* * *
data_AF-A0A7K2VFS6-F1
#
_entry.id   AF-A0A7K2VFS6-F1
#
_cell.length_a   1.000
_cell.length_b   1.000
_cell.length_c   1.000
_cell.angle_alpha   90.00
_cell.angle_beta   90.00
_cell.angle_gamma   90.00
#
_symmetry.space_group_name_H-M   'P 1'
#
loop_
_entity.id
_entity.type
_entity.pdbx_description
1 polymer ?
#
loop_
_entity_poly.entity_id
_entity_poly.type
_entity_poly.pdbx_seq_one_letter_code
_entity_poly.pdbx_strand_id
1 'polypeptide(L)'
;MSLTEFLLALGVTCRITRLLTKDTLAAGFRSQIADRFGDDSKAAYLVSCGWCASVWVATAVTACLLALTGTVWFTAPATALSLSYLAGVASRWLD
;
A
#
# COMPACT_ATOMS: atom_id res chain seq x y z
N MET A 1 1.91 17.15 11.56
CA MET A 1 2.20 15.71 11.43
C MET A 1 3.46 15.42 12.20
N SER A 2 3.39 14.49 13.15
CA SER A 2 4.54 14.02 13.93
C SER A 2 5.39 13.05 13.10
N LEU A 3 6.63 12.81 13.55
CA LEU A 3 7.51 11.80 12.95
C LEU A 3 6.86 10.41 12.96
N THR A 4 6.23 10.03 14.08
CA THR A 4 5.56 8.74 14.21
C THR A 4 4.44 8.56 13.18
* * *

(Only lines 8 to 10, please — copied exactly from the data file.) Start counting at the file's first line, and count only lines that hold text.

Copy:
_cell.angle_alpha   90.00
_cell.angle_beta   90.00
_cell.angle_gamma   90.00